The question in the case, therefore, is, whether the defendants use the same or equivalent means; that is, the same, or substantially the same, combination of mechanical devices.

The substitution of guides at the top, made crooked by a broken line instead of a curved line, is too transparent an imitation to need a moment's consideration. A curve itself is often treated, even in mathematical science, as consisting of a succession of very short straight lines, or as one broken line, constantly changing its direction; and many beautiful theorems were evolved by the early mathematicians on this hypothesis. At all events, in mechanics, when, as in this case, a broken line is used instead of a regular curve, being deflected at one or more points by a very slight angle, and performing precisely the same office as a curve similarly situated, the one is clearly the equivalent of the other.

The attaching of the lower end of the saw to the pitman below the cross-head instead of above it, and thereby getting the same movement as before by reversing the motion of the crank, is no change in principle. This is too obvious for discussion.

The combination of the two things in the defendants' mill namely, the crooked guides above, and the connection of the saw with the pitman below at a point removed from its centre of motion (both being calculated to give to the saw the precise rocking or vibratory motion desired)–is a close copy of the plaintiff's invention; quite as close as is usually made by those who attempt to evade a patent whilst they seek to use the substance of the invention.

The defendants insist, however, that Hamilton's patent is defective for not clearly describing the position, perpendicular or otherwise, in which the curved guides should be placed; and that, if any required position can be inferred from the patent, it is a perpendicular one, whilst the guides of the defendants' saw are inclined at a slight angle to the perpendicular. As to the alleged defect of the patent, there is nothing in the objection. The invention claimed is an improvement on an old machine, and it is properly taken for granted that the practical mechanic is acquainted with the construction of the machine in which the improvement is made; and nothing appears in the case to show that any peculiar position different from that of sawmills constructed in the ordinary way is necessary to render it effective and useful. The essence of the improvement has nothing to do with the precise position of the guides. It is a combination of mechanical means to produce a rocking motion of the saw; and this combination is just as applicable to guides that have a slight inclination as to guides that are perpendicular. We think that there is no ground for either branch of the objection. The description in the patent is sufficiently specific; and the inclination of the defendants' guides cannot exempt them from the charge of infringement.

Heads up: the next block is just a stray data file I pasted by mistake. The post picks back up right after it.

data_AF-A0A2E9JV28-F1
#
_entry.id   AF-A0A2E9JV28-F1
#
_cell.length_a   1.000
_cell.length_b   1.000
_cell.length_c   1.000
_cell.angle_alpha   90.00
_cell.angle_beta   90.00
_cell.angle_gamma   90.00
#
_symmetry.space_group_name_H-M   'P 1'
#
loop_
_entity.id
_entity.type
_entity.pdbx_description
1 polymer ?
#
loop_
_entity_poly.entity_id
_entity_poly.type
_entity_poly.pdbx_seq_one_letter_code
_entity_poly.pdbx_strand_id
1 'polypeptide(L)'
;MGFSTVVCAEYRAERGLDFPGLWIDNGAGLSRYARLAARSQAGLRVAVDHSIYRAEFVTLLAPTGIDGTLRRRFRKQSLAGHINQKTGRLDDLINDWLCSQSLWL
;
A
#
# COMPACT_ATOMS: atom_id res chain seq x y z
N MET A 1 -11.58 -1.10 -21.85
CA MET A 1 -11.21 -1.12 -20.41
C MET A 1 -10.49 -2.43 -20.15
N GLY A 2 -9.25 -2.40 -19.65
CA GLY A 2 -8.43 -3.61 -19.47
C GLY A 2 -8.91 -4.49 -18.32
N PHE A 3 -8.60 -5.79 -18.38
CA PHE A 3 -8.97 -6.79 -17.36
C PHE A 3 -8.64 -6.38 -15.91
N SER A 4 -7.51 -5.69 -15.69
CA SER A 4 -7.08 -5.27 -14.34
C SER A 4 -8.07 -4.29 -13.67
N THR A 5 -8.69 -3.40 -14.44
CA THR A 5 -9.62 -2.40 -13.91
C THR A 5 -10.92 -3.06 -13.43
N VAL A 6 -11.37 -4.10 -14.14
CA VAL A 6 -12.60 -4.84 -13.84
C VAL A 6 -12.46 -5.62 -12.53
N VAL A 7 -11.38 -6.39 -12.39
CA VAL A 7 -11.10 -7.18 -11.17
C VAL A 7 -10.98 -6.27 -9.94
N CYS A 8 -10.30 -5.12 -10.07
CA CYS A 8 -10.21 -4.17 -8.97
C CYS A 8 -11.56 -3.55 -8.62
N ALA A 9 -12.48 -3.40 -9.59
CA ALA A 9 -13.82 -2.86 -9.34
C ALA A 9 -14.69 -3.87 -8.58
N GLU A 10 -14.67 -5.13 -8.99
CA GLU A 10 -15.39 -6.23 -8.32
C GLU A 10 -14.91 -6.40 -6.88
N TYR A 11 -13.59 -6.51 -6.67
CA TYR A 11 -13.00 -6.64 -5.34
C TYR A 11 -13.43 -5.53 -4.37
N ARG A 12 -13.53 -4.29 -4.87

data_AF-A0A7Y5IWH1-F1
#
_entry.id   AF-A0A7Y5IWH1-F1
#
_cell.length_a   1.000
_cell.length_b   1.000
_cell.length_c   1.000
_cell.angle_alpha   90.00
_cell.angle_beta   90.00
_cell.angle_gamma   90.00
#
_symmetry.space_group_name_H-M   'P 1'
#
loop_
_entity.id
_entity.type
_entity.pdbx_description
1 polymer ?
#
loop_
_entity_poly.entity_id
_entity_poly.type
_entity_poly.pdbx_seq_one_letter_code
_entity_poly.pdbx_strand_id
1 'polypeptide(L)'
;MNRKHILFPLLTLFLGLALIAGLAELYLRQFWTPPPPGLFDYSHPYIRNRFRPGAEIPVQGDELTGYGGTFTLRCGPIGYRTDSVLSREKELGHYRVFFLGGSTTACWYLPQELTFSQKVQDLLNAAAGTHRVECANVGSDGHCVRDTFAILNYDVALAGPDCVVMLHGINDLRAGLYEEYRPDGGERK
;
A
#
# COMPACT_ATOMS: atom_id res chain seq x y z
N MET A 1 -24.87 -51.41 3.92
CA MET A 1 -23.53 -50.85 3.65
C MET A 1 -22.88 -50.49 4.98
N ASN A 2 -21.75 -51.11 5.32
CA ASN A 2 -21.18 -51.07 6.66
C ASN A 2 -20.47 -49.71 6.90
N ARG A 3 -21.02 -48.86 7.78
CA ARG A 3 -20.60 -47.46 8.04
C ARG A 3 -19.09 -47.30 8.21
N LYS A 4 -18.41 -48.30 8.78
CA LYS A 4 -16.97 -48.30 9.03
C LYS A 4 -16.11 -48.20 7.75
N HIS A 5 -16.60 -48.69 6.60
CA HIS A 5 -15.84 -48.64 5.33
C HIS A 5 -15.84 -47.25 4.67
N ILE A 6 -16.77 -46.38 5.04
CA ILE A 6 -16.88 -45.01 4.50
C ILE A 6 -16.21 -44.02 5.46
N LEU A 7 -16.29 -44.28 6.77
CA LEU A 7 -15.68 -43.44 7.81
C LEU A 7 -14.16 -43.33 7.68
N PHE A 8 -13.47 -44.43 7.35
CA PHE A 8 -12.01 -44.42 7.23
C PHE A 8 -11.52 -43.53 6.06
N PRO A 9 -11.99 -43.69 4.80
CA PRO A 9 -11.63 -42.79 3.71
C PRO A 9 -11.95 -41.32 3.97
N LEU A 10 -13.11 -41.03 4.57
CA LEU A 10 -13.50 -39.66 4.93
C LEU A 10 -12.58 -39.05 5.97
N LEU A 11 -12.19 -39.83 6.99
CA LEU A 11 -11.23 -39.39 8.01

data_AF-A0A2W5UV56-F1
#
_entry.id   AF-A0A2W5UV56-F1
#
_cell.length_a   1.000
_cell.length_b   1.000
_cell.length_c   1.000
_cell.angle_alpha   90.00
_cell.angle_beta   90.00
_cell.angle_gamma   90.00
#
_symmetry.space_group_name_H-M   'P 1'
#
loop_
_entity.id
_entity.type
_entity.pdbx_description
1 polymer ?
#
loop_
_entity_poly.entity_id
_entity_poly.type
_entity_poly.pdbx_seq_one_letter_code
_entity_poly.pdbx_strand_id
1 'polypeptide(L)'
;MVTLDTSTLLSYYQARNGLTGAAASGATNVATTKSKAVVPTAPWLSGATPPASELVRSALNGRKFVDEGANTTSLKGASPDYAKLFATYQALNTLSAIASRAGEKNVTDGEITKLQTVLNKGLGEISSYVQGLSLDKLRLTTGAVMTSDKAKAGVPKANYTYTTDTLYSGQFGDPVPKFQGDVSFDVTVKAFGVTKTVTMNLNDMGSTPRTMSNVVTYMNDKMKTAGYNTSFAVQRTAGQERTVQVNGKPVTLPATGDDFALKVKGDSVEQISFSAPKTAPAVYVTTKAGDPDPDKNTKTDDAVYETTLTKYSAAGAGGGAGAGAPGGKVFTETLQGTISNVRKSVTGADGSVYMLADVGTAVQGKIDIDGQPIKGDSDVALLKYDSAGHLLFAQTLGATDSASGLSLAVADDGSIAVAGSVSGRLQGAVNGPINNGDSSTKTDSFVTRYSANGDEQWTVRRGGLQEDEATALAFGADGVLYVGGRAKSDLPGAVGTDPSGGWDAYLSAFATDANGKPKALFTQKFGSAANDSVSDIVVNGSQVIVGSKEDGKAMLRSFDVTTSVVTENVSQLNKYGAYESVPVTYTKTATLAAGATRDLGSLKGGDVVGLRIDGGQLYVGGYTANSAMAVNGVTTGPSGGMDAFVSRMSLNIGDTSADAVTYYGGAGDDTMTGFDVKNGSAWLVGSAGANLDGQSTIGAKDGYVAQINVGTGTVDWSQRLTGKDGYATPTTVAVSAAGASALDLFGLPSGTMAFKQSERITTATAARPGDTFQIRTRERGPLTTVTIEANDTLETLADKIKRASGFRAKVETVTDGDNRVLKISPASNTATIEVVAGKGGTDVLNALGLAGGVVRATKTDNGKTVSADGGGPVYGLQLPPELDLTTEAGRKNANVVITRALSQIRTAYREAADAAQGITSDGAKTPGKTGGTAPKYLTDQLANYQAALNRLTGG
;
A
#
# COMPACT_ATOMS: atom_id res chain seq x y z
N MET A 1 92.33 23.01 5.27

The complaint made by the defendants, that the patent is defective in not stating the nature of the curve for the guides, whether that of a circle or of some other figure, in view of the subject-matter of the improvement and of the diagrams annexed to the patent, are not sufficient to affect its validity. Any good mechanic acquainted with the construction of sawmills, and having the patent and diagram before him, would have no difficulty in adopting the improvement, and making suitable curves.

The conclusions to which we have come are decisive of the case. It is unnecessary to discuss in detail the different points made at the trial, or the several instructions asked. We have examined them all, and find nothing on which to base a judgment of reversal. If Straub's patent would have revealed any thing to affect the validity of Hamilton's, the parties did not see fit to spread it on the record; and therefore we have no means of deciding that question.

Judgment affirmed.

18751001